In Philadelphia and Pittsburgh – bookending Pennsylvania – people are grateful for the “eds and meds,’’ as the concentration of universities, hospitals, and pharmaceutical firms is lovingly called. They credit the combination for cushioning the region in the depth of the recession and now helping to generate slow but steady growth.
“Eds and meds” are also credited for helping the state’s northwest region, as is growing port activity around Erie and the expectation that eventually some of the shale gas boom playing out in many of the counties in the state’s central northern area will benefit the entire northern edge.
Indeed, even areas not directly touched by the gas play are hoping a rising tide will lift all boats, and that cheap energy will spark resurgence in industries that need gas and petroleum products, like plastic manufacturers.
Talking to bankers, politicians, and policy wonks around the state, there’s a feeling of cautious optimism. For the most part the expectation is for measured growth. Since Pennsylvania didn’t feel the same level of pain as states that experienced wild real estate bubbles, many are quick to say our recovery will likewise be slow.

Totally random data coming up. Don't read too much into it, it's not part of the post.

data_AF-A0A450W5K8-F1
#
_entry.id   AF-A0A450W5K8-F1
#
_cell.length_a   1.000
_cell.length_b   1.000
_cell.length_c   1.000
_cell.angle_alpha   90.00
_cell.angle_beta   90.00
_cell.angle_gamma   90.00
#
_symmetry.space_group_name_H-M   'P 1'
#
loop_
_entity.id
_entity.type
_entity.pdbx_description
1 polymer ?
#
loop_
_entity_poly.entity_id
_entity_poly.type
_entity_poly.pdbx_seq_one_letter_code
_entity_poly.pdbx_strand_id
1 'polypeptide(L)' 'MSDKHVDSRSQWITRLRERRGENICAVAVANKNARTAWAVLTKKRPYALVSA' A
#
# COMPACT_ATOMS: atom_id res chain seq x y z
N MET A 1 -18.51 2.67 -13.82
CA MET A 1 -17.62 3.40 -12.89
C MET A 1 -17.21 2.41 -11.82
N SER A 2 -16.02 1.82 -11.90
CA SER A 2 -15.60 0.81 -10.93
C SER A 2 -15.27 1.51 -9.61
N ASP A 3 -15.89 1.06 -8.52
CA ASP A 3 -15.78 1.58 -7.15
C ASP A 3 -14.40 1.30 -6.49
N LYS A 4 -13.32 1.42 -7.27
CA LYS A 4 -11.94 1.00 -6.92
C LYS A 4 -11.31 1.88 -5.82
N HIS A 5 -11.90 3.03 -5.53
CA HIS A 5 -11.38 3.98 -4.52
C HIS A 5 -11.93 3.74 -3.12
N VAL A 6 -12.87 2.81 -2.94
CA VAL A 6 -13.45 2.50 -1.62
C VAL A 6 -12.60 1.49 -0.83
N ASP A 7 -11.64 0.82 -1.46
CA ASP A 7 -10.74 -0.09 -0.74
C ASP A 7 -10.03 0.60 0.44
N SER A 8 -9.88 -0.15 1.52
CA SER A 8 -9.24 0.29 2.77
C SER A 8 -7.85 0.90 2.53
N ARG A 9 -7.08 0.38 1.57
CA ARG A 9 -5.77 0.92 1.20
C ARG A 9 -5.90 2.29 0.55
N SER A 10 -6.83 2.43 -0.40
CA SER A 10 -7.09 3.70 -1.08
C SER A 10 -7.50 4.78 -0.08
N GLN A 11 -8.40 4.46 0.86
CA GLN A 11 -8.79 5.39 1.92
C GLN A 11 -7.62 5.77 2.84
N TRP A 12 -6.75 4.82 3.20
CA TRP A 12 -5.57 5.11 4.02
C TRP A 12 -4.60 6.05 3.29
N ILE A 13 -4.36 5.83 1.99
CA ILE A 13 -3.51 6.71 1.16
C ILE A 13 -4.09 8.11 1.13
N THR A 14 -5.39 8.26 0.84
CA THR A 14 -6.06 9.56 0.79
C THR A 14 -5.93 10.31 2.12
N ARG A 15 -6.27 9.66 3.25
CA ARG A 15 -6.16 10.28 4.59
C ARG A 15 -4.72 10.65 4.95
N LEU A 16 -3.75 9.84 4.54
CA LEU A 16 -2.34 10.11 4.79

That’s not to say there are no concerns.
Micro issues include finding a way for the state to educate unemployed workers to qualify for jobs. Some say swift passage of the pending transportation bill would address the state’s aging infrastructure and provide a needed boost. Some worry that overregulation could strangle the budding natural gas industry. Others point to the state’s failure to curb public pensions as a huge local tax hike waiting to happen.
As for macro issues, worries include sudden jumps in interest rates, another budget deadlock at the federal level, and a black swan concern that Europe could slide into recession taking us with it.
The following is a look at the “four corners’’ of Pennsylvania and what community bankers and area leaders think is in store for the commonwealth and their region in 2014.
Read the full article in December’s issue of Transactions. Aren’t a subscriber? Visit the Transactions page on this website or call PACB at 717-231-7447 to start receiving the magazine.